United States District Court, W.D. Louisiana, Alexandria Division
REPORT AND RECOMMENDATION
H.L. Perez-Montes, United States Magistrate Judge.
Cabello-Herrera (“Cabello-Herrera”) filed a
petition for writ of habeas corpus pursuant to 28 U.S.C.
§ 2241, alleging detention for more than six months
pending removal and seeking pre-removal release pursuant to
Zadvydas v. Davis, 533 U.S. 678 (2001).
is a native of Venezuela and a “permanent
resident” of Canada. He illegally reentered the United
States on about August 10, 2015, after having been twice
removed (on October 26, 2005 and July 14, 2011) pursuant to a
prior order of removal (Doc. 12). Cabello-Herrera has been
detained since August 10, 2015.
claimed fear of returning to Venezuela and filed an
application for deferral of removal. His case was referred to
an immigration judge (Doc. 12). Decisions to continue
Cabello-Herrera's detention were issued in June 2016,
July 2016, and February 2017, while his application for
deferral of removal was considered (Doc. 12-6, 12-8, 12-9).
In March 2017, Cabello-Herrera's application for deferral
of removal was denied, and he waived his right to appeal
(Doc. 12). A travel document to Venezuela was requested in
March 2017 (Docs. 12, 13).
Law and Analysis
answered Cabello-Herrera's petition (Doc. 12), showing
through documentary evidence that his removal was delayed due
to review of his claim of fear of returning to Venezuela.
filed his habeas petition prematurely, before a ruling had
been issued on his application for deferral of removal due to
fear. A final order of removal, pursuant to which an alien
was previously removed, is reinstated after the alien
illegally reenters the country. See 8 U.S.C. §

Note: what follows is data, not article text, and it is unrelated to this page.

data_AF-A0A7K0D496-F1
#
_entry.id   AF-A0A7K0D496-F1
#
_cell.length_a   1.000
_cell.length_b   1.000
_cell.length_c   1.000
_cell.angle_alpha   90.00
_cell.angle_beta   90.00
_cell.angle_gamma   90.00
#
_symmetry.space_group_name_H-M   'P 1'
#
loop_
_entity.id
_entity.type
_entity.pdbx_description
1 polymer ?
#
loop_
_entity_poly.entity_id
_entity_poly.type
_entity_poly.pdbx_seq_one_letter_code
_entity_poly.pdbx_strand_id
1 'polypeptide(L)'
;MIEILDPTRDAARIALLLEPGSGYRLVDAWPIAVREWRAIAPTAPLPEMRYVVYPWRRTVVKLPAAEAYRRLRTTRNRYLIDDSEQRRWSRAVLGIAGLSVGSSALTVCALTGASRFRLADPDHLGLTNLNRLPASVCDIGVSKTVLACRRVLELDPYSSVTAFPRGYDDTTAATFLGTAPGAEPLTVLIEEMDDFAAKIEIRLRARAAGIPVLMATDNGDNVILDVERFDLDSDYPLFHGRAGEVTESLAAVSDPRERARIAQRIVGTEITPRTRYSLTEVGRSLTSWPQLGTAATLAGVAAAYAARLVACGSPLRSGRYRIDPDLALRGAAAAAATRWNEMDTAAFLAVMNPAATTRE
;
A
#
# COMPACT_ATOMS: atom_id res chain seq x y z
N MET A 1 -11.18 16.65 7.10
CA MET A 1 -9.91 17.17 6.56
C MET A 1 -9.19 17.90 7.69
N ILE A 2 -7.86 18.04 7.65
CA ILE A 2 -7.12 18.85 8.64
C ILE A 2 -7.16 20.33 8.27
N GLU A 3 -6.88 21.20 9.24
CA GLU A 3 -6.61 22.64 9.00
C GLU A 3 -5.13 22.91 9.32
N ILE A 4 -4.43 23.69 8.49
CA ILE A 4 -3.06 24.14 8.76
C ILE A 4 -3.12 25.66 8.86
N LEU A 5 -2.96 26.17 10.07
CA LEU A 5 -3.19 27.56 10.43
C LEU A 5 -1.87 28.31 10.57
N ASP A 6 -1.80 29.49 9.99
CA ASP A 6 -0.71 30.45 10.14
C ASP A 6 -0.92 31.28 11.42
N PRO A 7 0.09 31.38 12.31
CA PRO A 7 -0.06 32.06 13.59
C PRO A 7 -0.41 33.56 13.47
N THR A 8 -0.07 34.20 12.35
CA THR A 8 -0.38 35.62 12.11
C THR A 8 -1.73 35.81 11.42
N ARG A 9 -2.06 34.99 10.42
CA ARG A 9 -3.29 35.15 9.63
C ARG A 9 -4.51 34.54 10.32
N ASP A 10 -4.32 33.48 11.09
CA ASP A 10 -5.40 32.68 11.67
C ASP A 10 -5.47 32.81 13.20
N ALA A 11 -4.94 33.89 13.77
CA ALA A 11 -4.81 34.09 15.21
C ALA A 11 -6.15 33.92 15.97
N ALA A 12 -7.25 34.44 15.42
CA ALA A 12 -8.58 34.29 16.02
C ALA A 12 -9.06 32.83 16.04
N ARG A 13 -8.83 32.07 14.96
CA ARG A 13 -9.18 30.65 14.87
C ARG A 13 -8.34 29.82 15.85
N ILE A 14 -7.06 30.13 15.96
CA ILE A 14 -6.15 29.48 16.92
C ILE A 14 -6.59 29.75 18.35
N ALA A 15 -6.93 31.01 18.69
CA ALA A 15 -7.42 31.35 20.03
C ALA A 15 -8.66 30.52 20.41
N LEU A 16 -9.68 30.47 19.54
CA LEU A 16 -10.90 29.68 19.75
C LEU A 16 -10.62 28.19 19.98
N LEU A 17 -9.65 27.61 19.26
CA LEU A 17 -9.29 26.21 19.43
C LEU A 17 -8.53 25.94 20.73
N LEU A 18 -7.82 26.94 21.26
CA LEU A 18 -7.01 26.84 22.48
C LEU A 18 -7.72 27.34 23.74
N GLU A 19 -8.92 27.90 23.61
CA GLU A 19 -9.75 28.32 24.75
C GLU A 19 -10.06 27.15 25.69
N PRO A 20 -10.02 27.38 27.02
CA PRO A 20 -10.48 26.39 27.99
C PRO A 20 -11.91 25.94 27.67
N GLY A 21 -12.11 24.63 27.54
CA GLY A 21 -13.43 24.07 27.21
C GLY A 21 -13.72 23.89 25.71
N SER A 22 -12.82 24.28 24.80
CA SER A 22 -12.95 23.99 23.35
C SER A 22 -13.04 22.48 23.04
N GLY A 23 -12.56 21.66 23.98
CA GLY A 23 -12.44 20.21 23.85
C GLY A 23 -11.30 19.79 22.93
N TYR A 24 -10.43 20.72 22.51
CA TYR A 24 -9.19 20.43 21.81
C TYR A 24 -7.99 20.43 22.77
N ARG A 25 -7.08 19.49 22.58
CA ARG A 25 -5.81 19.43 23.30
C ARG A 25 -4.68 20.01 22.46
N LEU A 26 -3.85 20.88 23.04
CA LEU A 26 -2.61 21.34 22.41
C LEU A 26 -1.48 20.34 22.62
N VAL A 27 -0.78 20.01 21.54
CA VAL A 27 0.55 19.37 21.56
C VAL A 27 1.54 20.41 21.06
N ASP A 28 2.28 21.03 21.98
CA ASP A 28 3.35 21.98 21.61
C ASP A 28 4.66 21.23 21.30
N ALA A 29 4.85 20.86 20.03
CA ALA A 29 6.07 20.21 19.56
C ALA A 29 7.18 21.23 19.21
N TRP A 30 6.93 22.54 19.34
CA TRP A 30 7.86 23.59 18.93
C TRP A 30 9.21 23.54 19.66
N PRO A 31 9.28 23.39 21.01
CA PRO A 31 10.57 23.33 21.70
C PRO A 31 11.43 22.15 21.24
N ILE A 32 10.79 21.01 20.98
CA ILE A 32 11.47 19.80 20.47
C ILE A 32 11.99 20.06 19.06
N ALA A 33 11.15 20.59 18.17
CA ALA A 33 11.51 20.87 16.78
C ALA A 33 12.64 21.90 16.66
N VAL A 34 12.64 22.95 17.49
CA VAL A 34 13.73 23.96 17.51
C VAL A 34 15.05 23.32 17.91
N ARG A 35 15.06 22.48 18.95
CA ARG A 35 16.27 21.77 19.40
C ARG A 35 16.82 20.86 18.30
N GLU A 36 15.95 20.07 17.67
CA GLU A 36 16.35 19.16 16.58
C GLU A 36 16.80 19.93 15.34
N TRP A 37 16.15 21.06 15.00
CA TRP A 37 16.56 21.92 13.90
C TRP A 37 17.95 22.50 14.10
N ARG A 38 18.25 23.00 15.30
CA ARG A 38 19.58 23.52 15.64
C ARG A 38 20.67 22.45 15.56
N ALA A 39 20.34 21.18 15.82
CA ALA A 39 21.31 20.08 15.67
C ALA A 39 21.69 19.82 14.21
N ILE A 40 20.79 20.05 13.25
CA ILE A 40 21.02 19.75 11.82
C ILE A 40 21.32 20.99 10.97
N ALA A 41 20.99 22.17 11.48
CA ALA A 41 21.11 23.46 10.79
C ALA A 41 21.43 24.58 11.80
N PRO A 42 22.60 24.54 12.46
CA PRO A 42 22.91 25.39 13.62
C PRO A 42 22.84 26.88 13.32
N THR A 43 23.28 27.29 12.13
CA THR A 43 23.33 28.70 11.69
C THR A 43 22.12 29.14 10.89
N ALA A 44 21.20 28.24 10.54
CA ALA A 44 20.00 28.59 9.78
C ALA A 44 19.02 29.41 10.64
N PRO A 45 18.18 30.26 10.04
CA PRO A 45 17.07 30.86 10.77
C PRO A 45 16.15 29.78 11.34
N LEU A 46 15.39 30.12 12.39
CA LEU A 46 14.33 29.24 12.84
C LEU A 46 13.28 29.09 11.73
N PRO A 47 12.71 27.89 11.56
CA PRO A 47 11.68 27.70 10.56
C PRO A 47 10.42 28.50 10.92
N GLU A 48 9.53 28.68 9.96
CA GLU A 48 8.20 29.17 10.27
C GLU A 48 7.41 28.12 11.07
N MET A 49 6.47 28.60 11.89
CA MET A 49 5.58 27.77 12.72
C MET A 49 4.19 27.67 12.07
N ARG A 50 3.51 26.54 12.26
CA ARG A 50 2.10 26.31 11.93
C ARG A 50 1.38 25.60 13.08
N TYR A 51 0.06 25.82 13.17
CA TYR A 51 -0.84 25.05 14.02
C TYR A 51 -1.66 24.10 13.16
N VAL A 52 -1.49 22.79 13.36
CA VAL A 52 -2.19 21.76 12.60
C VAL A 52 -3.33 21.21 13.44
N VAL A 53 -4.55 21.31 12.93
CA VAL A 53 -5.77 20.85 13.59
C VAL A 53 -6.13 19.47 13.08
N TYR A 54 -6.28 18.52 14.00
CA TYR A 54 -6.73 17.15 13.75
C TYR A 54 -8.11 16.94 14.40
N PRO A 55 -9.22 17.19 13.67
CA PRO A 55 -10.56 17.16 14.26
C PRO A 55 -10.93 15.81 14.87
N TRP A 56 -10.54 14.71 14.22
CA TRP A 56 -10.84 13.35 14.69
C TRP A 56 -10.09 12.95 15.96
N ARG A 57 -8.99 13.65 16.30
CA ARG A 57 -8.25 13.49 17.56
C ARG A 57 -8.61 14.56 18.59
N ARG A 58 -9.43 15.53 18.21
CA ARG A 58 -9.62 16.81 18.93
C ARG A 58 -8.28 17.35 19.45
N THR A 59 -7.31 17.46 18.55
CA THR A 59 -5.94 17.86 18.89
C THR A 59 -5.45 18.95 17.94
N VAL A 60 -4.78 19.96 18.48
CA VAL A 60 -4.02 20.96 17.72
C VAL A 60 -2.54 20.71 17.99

1231(a)(5); 8 C.F.R. § 241.8(a). An alien subject to a
reinstated removal order is detained pursuant to § 1231,
regardless of whether the alien has initiated reasonable fear
proceedings. The regulations provide that a removal order may
not be executed while withholding of removal and reasonable
fear proceedings are pending. See 8 C.F.R. §
decision was issued on Cabello-Herrera's reasonable fear
proceeding in March 2017, and he declined to appeal.
Cabello-Herrera's removal order became executable in
the INS has 90 days to remove an alien after he is ordered
removed, 8 U.S.C. § 1231(a)(1)(A), the Supreme Court has
held that § 1231 permits the detention of beyond 90
days, for a period reasonably necessary to bring about that
alien's removal from the United States. Pursuant to
Zadvydas, detention for up to six months after the
removal order becomes final is presumptively reasonable.
Zadvydas v. Davis, 533 U.S. at 701.
six months, however, once the alien provides good reason to
believe that there is no significant likelihood of removal in
the reasonably foreseeable future, the Government must
respond with evidence sufficient to rebut that showing. This
6-month presumption, of course, does not mean that every
alien not removed must be released after six months. To the
contrary, an alien may be held in confinement until it has
been determined that there is no significant likelihood of
removal in the reasonably foreseeable future.
Zadvydas, 533 U.S. at 701.
contends there is no significant likelihood that he will be
removed in the reasonably foreseeable future, but has not
offered any facts or evidence to support that contention.
Cabello-Herrera's conclusory statement is inadequate to
meet his burden of proof. See Andrade v. Gonzales,
459 F.3d 538, 543-44 (5th Cir. 2006), cert. den., 549 U.S.
also alleges he has been denied due process because he has
not been afforded a detention hearing. However, he has been
afforded periodic reviews of his custody status (Docs. 1,
11). Cabello-Herrera is not ...